Kryn, based on conversations with Bevel reports a secret meeting between Daley, himself and two or three others during the Summit Meeting in which Daley pledged agreement with and support of the goals of CFM. I, and others of that period, have no memory and doubt that it could have taken place.
Here are my recollections which lead me to believe that no such meeting could have taken place:
• During the morning session of the Summit, after the CFM delegates had caucused and Raby reported our position that Daley’s promises that he had heard the Movement’s message and marches could now cease, but with no specifics, was not acceptable as a resolution. He reported that the Movement would continue the discussion, but would not end the marches until there were specific actions by the city to open housing to African Americans. Daley was visibly angry, and his colleague in the City Council, Tom Keane muttered “F--- ‘em, Dick, F---‘em. (I was sitting within one seat of Daley and Keane.)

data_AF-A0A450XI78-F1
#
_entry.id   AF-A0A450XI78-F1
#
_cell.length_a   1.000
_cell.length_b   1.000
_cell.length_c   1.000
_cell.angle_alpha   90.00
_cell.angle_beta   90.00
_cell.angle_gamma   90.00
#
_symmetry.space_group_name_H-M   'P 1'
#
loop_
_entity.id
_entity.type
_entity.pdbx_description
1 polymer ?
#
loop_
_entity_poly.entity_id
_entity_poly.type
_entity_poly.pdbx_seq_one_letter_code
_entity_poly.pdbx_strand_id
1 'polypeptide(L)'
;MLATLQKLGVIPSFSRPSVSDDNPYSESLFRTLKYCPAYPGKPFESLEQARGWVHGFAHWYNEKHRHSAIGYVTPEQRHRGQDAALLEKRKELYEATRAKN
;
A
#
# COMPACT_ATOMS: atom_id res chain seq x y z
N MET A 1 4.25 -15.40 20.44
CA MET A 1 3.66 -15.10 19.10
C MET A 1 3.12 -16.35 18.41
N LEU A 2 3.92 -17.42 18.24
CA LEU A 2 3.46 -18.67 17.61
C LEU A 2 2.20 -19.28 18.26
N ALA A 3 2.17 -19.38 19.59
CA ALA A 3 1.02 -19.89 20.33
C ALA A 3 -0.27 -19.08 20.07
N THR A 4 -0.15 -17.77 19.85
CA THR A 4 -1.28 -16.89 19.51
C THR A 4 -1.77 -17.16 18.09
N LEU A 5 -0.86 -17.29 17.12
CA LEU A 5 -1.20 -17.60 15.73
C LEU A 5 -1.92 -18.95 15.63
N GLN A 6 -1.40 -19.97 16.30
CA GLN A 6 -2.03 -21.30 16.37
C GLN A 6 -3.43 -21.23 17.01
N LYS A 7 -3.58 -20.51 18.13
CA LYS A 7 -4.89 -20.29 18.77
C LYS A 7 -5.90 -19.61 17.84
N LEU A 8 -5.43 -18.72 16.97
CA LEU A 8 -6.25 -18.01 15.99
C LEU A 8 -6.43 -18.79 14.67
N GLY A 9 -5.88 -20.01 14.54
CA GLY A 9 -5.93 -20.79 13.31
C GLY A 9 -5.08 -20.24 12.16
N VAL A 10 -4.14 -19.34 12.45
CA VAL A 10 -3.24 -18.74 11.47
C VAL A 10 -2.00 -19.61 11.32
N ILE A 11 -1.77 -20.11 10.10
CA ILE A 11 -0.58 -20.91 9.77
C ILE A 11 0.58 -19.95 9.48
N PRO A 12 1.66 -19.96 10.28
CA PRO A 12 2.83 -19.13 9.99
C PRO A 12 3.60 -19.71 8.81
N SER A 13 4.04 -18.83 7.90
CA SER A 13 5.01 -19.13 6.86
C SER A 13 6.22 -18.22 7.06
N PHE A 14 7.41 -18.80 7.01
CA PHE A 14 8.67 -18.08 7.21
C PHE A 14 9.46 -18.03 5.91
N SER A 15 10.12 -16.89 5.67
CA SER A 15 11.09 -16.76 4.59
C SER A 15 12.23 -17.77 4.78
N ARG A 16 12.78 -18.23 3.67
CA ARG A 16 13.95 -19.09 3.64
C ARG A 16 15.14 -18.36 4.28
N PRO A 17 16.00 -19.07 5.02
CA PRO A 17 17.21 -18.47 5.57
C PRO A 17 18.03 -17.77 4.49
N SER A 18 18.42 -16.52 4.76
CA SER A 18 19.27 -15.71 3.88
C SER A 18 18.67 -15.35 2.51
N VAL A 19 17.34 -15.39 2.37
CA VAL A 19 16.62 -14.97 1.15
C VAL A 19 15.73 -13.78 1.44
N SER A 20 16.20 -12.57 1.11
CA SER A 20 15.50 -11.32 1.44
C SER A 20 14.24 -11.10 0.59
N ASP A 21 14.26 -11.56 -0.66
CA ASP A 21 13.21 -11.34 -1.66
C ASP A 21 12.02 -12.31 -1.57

• On the second day of negotiations by the appointed negotiating committee, Daley sought and obtained from the court an injunction limiting the number of marches, the number of marchers, requiring advance notice and specific routes and times. This was seen by the CFM as a breach of good faith in the negotiations and the very opposite of conciliation.
• Daley did not attend any of the sessions of the negotiating subcommittee and his representative, Lewis Manilow, did not offer significant support or specific actions by the City; instead, he continued to argue in the session and informally during breaks, to trust Daley to do the right thing.
• In my memory, Bevel, who was a member of the five-person CFM delegation in the negotiating committee, (the others were Raby, Bill Berry, John McDermott, and Kale Williams) was opposed to the Summit Agreement that was reached, finding it too weak. (Future events proved him right.)
• After the Leadership Council was created in November, 1966, representatives of the city were not forthcoming with city support; Freedom Movement delegates were disappointed with early activities, and sometime early on, spoke to the Board of the Leadership Council and threatened a resumption of the marches. This is not consistent with Bevel’s current view that the City was fully co-operative.
--November 2005. Kale Williams was a member of the Agenda Committee of the Chicago Freedom Movement. He served as the director of the Leadership Council for Metropolitan Open Communities for twenty years. He is currently a Senior Scholar in Residence at Loyola University’s Center for Urban Research and Learning.